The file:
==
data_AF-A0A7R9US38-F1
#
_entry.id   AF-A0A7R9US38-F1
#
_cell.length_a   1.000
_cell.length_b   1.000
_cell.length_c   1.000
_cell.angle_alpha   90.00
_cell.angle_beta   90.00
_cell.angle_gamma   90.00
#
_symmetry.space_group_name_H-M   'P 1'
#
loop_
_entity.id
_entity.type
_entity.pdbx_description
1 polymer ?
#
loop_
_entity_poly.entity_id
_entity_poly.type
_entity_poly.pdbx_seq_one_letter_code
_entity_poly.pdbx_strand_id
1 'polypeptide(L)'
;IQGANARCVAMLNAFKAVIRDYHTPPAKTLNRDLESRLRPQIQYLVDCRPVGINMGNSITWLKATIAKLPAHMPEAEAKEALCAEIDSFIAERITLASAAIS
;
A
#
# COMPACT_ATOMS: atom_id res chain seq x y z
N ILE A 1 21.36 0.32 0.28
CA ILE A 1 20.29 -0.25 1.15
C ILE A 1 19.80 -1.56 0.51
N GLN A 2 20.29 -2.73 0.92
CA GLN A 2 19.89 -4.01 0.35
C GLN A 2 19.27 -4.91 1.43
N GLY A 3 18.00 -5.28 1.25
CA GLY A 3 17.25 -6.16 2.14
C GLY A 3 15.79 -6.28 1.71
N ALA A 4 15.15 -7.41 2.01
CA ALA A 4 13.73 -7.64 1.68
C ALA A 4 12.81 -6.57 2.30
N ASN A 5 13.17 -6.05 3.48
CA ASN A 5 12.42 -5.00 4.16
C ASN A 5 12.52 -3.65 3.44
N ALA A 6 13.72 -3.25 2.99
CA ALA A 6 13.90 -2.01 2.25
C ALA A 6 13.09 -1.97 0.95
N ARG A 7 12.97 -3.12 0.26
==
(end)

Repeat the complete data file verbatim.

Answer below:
data_AF-A0A7R9US38-F1
#
_entry.id   AF-A0A7R9US38-F1
#
_cell.length_a   1.000
_cell.length_b   1.000
_cell.length_c   1.000
_cell.angle_alpha   90.00
_cell.angle_beta   90.00
_cell.angle_gamma   90.00
#
_symmetry.space_group_name_H-M   'P 1'
#
loop_
_entity.id
_entity.type
_entity.pdbx_description
1 polymer ?
#
loop_
_entity_poly.entity_id
_entity_poly.type
_entity_poly.pdbx_seq_one_letter_code
_entity_poly.pdbx_strand_id
1 'polypeptide(L)'
;IQGANARCVAMLNAFKAVIRDYHTPPAKTLNRDLESRLRPQIQYLVDCRPVGINMGNSITWLKATIAKLPAHMPEAEAKEALCAEIDSFIAERITLASAAIS
;
A
#
# COMPACT_ATOMS: atom_id res chain seq x y z
N ILE A 1 21.36 0.32 0.28
CA ILE A 1 20.29 -0.25 1.15
C ILE A 1 19.80 -1.56 0.51
N GLN A 2 20.29 -2.73 0.92
CA GLN A 2 19.89 -4.01 0.35
C GLN A 2 19.27 -4.91 1.43
N GLY A 3 18.00 -5.28 1.25
CA GLY A 3 17.25 -6.16 2.14
C GLY A 3 15.79 -6.28 1.71
N ALA A 4 15.15 -7.41 2.01
CA ALA A 4 13.73 -7.64 1.68
C ALA A 4 12.81 -6.57 2.30
N ASN A 5 13.17 -6.05 3.48
CA ASN A 5 12.42 -5.00 4.16
C ASN A 5 12.52 -3.65 3.44
N ALA A 6 13.72 -3.25 2.99
CA ALA A 6 13.90 -2.01 2.25
C ALA A 6 13.09 -1.97 0.95
N ARG A 7 12.97 -3.12 0.26